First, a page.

Although nonmelanoma skin carcinomas (NMSC) are increasing nationwide, rates are difficult to measure precisely, because few registries include types of carcinoma.
Albuquerque, New Mexico is a high risk site for both melanoma and NMSC.
In a National Cancer Institute (NCI) survey conducted between 1977 and 1978, NMSC incidence rates among non-Hispanic white males were the highest of 8 national study sites.
Experience with NMSC over 28.5 years at the Lovelace Health Systems in Albuquerque, New Mexico is described.
The impact of multiple tumors was emphasized, recent annual incidence rates in members of the Lovelace Health Plan (LHP) were calculated, and trends in incidence rates since the NCI survey were estimated.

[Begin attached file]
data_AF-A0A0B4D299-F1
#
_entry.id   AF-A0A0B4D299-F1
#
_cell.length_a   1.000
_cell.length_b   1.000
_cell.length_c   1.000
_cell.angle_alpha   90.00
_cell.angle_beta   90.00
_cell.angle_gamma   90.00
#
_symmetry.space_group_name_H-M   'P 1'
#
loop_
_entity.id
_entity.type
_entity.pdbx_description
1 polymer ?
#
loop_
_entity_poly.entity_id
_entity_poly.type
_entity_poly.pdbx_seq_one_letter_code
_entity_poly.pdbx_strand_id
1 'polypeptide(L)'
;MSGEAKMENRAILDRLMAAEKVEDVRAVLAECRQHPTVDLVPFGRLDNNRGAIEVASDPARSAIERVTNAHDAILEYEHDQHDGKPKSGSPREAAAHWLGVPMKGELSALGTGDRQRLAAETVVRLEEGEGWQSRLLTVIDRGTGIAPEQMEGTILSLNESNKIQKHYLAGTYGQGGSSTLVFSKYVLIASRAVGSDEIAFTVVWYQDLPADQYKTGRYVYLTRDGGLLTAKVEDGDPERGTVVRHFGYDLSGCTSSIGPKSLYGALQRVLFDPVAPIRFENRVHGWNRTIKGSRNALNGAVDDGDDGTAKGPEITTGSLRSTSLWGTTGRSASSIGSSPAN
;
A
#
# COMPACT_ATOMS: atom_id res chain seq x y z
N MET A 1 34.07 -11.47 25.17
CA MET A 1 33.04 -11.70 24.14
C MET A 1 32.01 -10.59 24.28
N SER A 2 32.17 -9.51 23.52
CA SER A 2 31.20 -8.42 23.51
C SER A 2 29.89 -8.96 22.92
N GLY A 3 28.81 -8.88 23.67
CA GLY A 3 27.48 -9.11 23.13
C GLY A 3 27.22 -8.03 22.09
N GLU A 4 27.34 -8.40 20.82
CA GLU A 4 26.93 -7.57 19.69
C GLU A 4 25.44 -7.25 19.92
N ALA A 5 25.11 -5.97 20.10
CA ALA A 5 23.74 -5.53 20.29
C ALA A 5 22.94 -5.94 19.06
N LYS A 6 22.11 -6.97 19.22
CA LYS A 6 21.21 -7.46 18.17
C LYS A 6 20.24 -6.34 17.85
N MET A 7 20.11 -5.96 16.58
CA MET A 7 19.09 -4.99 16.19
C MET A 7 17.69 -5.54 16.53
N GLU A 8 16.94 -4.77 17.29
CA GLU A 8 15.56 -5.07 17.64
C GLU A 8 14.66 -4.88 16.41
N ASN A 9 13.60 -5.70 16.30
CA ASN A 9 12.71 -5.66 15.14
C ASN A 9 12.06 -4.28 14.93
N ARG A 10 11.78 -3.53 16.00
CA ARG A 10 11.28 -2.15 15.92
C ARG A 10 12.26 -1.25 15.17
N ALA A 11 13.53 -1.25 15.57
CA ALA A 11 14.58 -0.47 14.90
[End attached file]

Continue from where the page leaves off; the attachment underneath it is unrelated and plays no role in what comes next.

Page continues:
There were 10,760 tumors among 4958 people between 1964 and mid-1992, with an average of 2.2 lesions per person (range : 1-92 lesions).
Basal cell carcinoma (BCC) was 6.6 times more common than squamous cell carcinoma (SCC), and more likely to be multiple.
There was an excess of males among persons with each tumor type and among subjects with multiple tumors.
Only 46.1% of NMSC were first tumors ; multiple or subsequent tumors comprised 53.7%. More than half of the concomitant or subsequent tumors were diagnosed within 1 year of the first, but new tumors were still appearing in the same subjects more than 10 years later. (...)
Mots-clés Pascal : Carcinome épidermoïde, Peau, Carcinome basocellulaire, Incidence, Epidémiologie, Nouveau Mexique, Etats Unis, Amérique du Nord, Amérique, Homme, Peau pathologie, Tumeur maligne
Mots-clés Pascal anglais : Squamous cell carcinoma, Skin, Basal cell carcinoma, Incidence, Epidemiology, New Mexico, United States, North America, America, Human, Skin disease, Malignant tumor
Notice produite par :
Inist-CNRS - Institut de l'Information Scientifique et Technique
Cote : 96-0316171
Code Inist : 002B08A. Création : 10/04/1997.